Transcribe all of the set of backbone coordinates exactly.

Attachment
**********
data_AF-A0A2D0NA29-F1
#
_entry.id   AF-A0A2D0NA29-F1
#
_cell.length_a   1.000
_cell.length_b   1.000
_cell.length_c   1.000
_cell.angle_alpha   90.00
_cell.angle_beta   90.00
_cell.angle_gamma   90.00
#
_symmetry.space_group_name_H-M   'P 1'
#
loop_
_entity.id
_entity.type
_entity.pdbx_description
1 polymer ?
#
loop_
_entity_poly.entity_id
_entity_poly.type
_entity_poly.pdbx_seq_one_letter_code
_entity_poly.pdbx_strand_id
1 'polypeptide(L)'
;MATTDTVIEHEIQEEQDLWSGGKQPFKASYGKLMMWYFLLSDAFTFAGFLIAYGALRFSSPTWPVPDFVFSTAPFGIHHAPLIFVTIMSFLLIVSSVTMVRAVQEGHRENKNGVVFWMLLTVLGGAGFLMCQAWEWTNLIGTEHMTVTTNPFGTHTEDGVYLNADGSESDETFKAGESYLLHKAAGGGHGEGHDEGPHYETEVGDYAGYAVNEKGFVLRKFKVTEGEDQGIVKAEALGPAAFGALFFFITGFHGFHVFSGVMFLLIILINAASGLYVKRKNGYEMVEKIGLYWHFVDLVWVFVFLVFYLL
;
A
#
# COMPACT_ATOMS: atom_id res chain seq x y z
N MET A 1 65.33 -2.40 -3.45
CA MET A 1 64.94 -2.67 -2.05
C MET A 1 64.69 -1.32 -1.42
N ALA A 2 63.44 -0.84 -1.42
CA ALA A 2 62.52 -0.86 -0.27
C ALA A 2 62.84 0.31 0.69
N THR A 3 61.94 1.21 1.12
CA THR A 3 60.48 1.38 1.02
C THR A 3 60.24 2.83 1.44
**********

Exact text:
data_AF-A0A2D0NA29-F1
#
_entry.id   AF-A0A2D0NA29-F1
#
_cell.length_a   1.000
_cell.length_b   1.000
_cell.length_c   1.000
_cell.angle_alpha   90.00
_cell.angle_beta   90.00
_cell.angle_gamma   90.00
#
_symmetry.space_group_name_H-M   'P 1'
#
loop_
_entity.id
_entity.type
_entity.pdbx_description
1 polymer ?
#
loop_
_entity_poly.entity_id
_entity_poly.type
_entity_poly.pdbx_seq_one_letter_code
_entity_poly.pdbx_strand_id
1 'polypeptide(L)'
;MATTDTVIEHEIQEEQDLWSGGKQPFKASYGKLMMWYFLLSDAFTFAGFLIAYGALRFSSPTWPVPDFVFSTAPFGIHHAPLIFVTIMSFLLIVSSVTMVRAVQEGHRENKNGVVFWMLLTVLGGAGFLMCQAWEWTNLIGTEHMTVTTNPFGTHTEDGVYLNADGSESDETFKAGESYLLHKAAGGGHGEGHDEGPHYETEVGDYAGYAVNEKGFVLRKFKVTEGEDQGIVKAEALGPAAFGALFFFITGFHGFHVFSGVMFLLIILINAASGLYVKRKNGYEMVEKIGLYWHFVDLVWVFVFLVFYLL
;
A
#
# COMPACT_ATOMS: atom_id res chain seq x y z
N MET A 1 65.33 -2.40 -3.45
CA MET A 1 64.94 -2.67 -2.05
C MET A 1 64.69 -1.32 -1.42
N ALA A 2 63.44 -0.84 -1.42
CA ALA A 2 62.52 -0.86 -0.27
C ALA A 2 62.84 0.31 0.69
N THR A 3 61.94 1.21 1.12
CA THR A 3 60.48 1.38 1.02
C THR A 3 60.24 2.83 1.44